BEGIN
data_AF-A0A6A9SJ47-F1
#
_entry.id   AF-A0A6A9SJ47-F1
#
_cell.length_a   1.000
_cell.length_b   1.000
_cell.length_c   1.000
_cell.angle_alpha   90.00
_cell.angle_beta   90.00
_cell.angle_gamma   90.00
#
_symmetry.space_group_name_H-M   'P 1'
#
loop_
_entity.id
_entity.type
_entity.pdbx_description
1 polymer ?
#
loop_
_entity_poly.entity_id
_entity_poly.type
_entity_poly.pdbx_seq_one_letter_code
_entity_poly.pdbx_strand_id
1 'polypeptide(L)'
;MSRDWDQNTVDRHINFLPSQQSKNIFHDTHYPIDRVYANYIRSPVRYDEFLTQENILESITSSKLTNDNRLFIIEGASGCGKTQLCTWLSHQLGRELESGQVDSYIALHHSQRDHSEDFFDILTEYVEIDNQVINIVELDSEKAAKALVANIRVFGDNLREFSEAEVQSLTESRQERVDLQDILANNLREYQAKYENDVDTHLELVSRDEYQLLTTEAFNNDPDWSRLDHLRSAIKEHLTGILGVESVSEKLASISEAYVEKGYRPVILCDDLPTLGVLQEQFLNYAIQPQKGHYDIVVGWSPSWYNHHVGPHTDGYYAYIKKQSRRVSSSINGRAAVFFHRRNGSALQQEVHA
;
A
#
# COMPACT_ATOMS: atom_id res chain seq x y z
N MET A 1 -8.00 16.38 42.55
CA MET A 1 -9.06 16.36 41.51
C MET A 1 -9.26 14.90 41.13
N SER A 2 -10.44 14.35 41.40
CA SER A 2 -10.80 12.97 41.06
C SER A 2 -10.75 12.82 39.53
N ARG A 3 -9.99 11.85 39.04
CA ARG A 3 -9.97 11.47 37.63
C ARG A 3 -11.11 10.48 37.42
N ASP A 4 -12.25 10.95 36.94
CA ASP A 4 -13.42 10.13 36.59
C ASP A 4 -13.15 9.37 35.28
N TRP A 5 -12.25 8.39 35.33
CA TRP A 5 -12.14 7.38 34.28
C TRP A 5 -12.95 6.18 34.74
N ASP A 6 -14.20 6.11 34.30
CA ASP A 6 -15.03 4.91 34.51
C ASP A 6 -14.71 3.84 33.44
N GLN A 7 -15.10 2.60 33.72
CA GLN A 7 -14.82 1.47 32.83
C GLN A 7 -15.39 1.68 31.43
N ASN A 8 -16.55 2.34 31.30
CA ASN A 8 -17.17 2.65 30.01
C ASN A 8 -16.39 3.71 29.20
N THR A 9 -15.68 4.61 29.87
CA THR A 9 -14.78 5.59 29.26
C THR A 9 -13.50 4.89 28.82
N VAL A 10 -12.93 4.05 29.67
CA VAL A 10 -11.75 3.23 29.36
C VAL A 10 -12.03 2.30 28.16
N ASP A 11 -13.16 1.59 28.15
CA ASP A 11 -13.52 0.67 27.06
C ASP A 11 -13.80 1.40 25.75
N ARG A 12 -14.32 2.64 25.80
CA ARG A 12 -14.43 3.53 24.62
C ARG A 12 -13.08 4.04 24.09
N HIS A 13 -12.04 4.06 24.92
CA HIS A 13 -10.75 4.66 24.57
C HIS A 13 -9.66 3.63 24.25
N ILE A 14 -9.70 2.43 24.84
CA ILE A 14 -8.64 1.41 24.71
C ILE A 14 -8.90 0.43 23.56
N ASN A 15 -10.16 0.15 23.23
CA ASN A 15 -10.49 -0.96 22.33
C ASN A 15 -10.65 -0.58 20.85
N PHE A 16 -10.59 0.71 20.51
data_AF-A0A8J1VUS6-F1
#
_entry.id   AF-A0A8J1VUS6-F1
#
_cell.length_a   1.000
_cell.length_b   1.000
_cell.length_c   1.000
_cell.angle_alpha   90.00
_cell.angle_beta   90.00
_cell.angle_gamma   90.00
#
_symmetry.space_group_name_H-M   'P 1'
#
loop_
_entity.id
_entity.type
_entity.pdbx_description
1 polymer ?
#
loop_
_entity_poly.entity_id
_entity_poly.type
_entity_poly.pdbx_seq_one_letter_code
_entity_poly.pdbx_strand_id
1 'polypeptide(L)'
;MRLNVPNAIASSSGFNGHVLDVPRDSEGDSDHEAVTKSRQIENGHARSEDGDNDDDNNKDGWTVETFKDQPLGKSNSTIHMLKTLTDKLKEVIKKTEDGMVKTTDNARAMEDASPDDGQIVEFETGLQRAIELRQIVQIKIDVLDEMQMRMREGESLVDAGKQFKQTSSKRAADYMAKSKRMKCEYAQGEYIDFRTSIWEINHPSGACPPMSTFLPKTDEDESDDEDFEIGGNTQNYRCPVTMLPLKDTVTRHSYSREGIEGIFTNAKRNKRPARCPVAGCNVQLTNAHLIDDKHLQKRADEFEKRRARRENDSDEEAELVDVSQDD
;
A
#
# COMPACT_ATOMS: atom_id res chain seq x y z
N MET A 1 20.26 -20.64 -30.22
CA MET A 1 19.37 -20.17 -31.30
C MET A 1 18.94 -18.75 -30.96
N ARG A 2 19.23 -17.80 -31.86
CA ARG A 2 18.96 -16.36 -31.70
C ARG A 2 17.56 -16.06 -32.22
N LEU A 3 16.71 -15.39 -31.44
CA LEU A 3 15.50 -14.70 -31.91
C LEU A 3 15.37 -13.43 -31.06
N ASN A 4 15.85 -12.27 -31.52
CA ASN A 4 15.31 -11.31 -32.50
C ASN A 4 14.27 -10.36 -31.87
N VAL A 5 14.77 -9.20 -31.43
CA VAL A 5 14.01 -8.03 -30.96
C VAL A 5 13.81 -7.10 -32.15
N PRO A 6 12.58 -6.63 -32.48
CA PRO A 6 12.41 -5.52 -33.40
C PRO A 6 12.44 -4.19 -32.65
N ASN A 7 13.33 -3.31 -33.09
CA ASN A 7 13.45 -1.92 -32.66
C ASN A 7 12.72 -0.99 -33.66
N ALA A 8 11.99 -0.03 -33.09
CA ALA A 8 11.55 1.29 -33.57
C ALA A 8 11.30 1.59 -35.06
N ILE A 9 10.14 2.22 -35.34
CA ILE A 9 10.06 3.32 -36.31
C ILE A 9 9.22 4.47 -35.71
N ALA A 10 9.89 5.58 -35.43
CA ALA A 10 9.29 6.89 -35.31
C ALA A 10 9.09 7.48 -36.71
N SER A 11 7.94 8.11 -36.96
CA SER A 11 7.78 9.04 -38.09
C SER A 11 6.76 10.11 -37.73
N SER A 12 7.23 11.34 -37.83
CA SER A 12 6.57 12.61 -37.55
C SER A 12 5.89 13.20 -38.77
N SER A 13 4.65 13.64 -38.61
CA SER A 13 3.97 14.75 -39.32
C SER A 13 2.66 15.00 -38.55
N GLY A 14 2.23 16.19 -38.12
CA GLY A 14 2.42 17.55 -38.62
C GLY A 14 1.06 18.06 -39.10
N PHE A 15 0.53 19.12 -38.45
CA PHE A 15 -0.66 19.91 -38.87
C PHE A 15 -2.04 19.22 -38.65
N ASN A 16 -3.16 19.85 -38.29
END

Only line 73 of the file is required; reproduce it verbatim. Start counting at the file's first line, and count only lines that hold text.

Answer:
N ASN A 15 -10.16 0.15 23.23